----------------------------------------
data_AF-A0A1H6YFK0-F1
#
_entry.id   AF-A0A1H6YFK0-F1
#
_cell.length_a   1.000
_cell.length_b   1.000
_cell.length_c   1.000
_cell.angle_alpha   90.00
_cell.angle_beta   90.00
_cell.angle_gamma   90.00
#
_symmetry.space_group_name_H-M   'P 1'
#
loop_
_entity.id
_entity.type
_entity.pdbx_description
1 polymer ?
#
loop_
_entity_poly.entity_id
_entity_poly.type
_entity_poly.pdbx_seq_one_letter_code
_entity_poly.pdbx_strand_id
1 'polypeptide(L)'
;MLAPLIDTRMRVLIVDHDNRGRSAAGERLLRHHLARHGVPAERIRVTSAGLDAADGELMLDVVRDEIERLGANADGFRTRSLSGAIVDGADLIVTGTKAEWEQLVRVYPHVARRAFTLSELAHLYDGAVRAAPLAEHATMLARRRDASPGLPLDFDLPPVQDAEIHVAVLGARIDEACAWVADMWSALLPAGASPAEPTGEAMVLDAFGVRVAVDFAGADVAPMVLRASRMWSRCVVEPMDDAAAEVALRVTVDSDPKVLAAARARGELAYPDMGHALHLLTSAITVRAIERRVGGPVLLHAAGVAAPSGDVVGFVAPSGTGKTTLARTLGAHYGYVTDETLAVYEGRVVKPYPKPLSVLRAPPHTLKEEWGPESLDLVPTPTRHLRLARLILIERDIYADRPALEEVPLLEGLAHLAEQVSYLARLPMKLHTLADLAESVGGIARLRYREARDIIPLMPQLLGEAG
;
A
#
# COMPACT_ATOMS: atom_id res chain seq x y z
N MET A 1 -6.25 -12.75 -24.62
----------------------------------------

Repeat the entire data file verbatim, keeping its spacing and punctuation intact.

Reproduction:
data_AF-A0A1H6YFK0-F1
#
_entry.id   AF-A0A1H6YFK0-F1
#
_cell.length_a   1.000
_cell.length_b   1.000
_cell.length_c   1.000
_cell.angle_alpha   90.00
_cell.angle_beta   90.00
_cell.angle_gamma   90.00
#
_symmetry.space_group_name_H-M   'P 1'
#
loop_
_entity.id
_entity.type
_entity.pdbx_description
1 polymer ?
#
loop_
_entity_poly.entity_id
_entity_poly.type
_entity_poly.pdbx_seq_one_letter_code
_entity_poly.pdbx_strand_id
1 'polypeptide(L)'
;MLAPLIDTRMRVLIVDHDNRGRSAAGERLLRHHLARHGVPAERIRVTSAGLDAADGELMLDVVRDEIERLGANADGFRTRSLSGAIVDGADLIVTGTKAEWEQLVRVYPHVARRAFTLSELAHLYDGAVRAAPLAEHATMLARRRDASPGLPLDFDLPPVQDAEIHVAVLGARIDEACAWVADMWSALLPAGASPAEPTGEAMVLDAFGVRVAVDFAGADVAPMVLRASRMWSRCVVEPMDDAAAEVALRVTVDSDPKVLAAARARGELAYPDMGHALHLLTSAITVRAIERRVGGPVLLHAAGVAAPSGDVVGFVAPSGTGKTTLARTLGAHYGYVTDETLAVYEGRVVKPYPKPLSVLRAPPHTLKEEWGPESLDLVPTPTRHLRLARLILIERDIYADRPALEEVPLLEGLAHLAEQVSYLARLPMKLHTLADLAESVGGIARLRYREARDIIPLMPQLLGEAG
;
A
#
# COMPACT_ATOMS: atom_id res chain seq x y z
N MET A 1 -6.25 -12.75 -24.62